Yesterday the Supreme Court struck down the federal ban on corporate independent expenditures in Citizens United v. FEC. Before Citizens United, corporations were not allowed to spend money from their general treasuries to call for the election or defeat of federal candidates close to Election Day, even if they did so without consulting with the candidate. In striking down the federal ban, the Supreme Court overruled two of its decisions: Austin v. Michigan Chamber of Commerce, decided in 1990, and McConnell v. FEC, decided less than 7 years ago.
The decision has been met with howls of protest from reformers: The Supreme Court overruled its own precedent! A century-long tradition of regulation is in jeopardy! Corporations will flood the airwaves and further corrupt our already corrupt political process! It's "a disaster for the American people," says Fred Wertheimer of the campaign finance reform organization Democracy 21.
It's not surprising that reformers are outraged. Austin has long been the darling of reformers; it's as close as the Court has ever come to saying Congress can regulate campaign finance to promote "equality." Reformers have long argued that reform should level the playing field between the monied and the everyday citizen. The Court, however, has generally disagreed. It has repeatedly rejected the equality rationale and, with the exception of Austin, insisted that preventing corruption is the only legitimate grounds for regulation.
Still, as a practical matter, the opinion is just one more step in the direction the Court was already heading. As Nate Persily, director of the Center for Law and Politics at Columbia points out, earlier cases had already substantially limited Congress's power to restrict independent corporate expenditures; Citizens United was just the last nail in the coffin. The real damage to the cause of reform came earlier, with cases that made less of a splash but probably mattered more. An earlier case, for instance, licensed corporations to run independent ads attacking or supporting candidates provided they stopped just short of telling us how to vote. As a practical matter, there's not much distance between an ad that tells voters to "call Senator X and tell her to stop being mean to puppies" and one that tells voters to "vote against Senator X." Moreover, whatever the reform community thought of Austin, Supreme Court observers have long thought Austin was a goner. Even the Solicitor General was unwilling to defend the decision's equality rationale.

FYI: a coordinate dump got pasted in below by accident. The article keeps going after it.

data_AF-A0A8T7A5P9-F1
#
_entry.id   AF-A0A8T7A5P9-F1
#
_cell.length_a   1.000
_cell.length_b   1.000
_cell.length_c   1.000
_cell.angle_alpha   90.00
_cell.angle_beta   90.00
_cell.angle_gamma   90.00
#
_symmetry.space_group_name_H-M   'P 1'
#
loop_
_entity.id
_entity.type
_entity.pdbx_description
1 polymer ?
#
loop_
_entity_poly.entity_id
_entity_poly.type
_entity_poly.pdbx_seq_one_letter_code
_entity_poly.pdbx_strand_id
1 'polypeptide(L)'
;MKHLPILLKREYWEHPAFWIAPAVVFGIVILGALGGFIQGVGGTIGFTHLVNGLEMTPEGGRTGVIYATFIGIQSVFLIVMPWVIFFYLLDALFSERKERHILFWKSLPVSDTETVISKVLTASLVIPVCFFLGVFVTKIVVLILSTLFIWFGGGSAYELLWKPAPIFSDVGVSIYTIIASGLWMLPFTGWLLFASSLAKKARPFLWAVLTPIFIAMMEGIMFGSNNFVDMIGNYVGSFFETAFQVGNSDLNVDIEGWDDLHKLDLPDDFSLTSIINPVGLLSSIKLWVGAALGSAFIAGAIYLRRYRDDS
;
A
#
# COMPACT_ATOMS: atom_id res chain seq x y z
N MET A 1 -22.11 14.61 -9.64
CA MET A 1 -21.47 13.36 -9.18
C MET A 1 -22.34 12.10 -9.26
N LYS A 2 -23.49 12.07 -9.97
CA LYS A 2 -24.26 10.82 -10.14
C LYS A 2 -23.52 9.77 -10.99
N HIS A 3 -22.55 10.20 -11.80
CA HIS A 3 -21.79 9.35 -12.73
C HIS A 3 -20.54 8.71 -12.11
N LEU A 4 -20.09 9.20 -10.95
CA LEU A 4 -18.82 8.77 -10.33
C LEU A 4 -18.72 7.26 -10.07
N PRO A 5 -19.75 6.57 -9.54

The truth is that the most important line in the decision was not the one overruling Austin. It was this one: "ingratiation and access . . . are not corruption." For many years, the Court had gradually expanded the corruption rationale to extend beyond quid pro quo corruption (donor dollars for legislative votes). It had licensed Congress to regulate even when the threat was simply that large donors had better access to politicians or that politicians had become "too compliant with the[ir] wishes." Indeed, at times the Court went so far as to say that even the mere appearance of "undue influence" or the public's "cynical assumption that large donors call the tune" was enough to justify regulation. "Ingratiation and access," in other words, were corruption as far as the Court was concerned. Justice Kennedy didn't say that the Court was overruling these cases. But that's just what it did.
If the Court rigidly insists that Congress can regulate only to prevent quid-pro-corruption, narrowly defined, then Citizens United has implications that extend well beyond what corporations can do. Justice Kennedy's own opinion even hints at the possibility, as he notes that the evidence supporting the "soft money" limits – which apply across the board -- rests on evidence about the connection between money and political access. While Justice Kennedy backed off from saying anything definitive, we may find that it was the Court's discussion of corruption, not corporations, that matters most in the long run.